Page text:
Another bullet described a straight line as efficiently as a geometry whiz kid’s pencil mark and blew out the elbow of the left arm. Amazing I thought. He’s trying to save my bowling arm. Here was the portrait of the cop as a truly sensitive man.

With two bullets in us, we were pinned to the bottom of the hole.

“The cop is going to kill us,” I whispered to Larry.

“Not me, man. Not me!”

“The cop is going to kill us.”

“No. No. No,” he whined.

“Go ahead, scream like a little baby. It doesn’t matter anymore.”

“This can’t be the end.”

“It is the end. There’s nothing worse than a ticked-off Buddhist cop. They’re very directed.”

Silence from the Larry part of my mind.

“He has a goal. He’ll keep shooting until we’re dead. Dead. No more pretty girls. No more Hummers. No more whiskey. No more nothing.”

A wisp of fire speared through our left thigh. Marx had hit us again.

“That was the big one, Larry. The cop hit an artery. We’re going to bleed out in a matter of minutes now.”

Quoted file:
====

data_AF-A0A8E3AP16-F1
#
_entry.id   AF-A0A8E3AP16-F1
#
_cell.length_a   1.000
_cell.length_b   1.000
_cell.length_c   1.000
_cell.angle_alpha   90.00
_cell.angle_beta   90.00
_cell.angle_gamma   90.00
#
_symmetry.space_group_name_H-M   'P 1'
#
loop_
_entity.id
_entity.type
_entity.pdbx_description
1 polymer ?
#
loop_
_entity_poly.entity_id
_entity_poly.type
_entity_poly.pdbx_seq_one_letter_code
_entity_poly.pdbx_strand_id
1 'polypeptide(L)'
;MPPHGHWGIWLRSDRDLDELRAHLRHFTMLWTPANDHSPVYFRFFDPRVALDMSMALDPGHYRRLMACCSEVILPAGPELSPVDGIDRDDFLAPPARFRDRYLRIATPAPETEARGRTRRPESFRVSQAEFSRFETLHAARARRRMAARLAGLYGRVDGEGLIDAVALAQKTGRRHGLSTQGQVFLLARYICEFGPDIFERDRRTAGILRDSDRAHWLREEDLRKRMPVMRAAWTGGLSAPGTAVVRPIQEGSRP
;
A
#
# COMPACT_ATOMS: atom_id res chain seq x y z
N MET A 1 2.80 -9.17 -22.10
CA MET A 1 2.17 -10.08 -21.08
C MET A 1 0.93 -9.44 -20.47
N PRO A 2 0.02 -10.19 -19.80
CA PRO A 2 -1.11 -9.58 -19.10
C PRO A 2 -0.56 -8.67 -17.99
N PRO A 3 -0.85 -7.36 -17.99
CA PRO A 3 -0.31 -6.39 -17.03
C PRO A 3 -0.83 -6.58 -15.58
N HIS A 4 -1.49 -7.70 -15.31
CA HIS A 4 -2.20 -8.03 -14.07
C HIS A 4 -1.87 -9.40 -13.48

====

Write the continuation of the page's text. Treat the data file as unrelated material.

The dybbuk made a run for it out of the tunnels of my brain and I let him go. Extracting himself from me was as nauseating as the merger. His screaming felt like a sonic cannon.

I hadn’t realized my eyes were closed shut. As the smell of landfill hit my nose I opened them. The demon was out of me, next to my head in the subway vent, more of a bubbling brown and green mass now than a half-formed man.

He was losing energy, and time. I wished I had a portable, battery-operated vacuum cleaner like my wife has.

The purple and white bowling ball was on the other side of me, by my right arm. I picked it up, fingered the grips. Shot up with more holes than a doughnut, I still loved the feel of the cold plastic on my hand.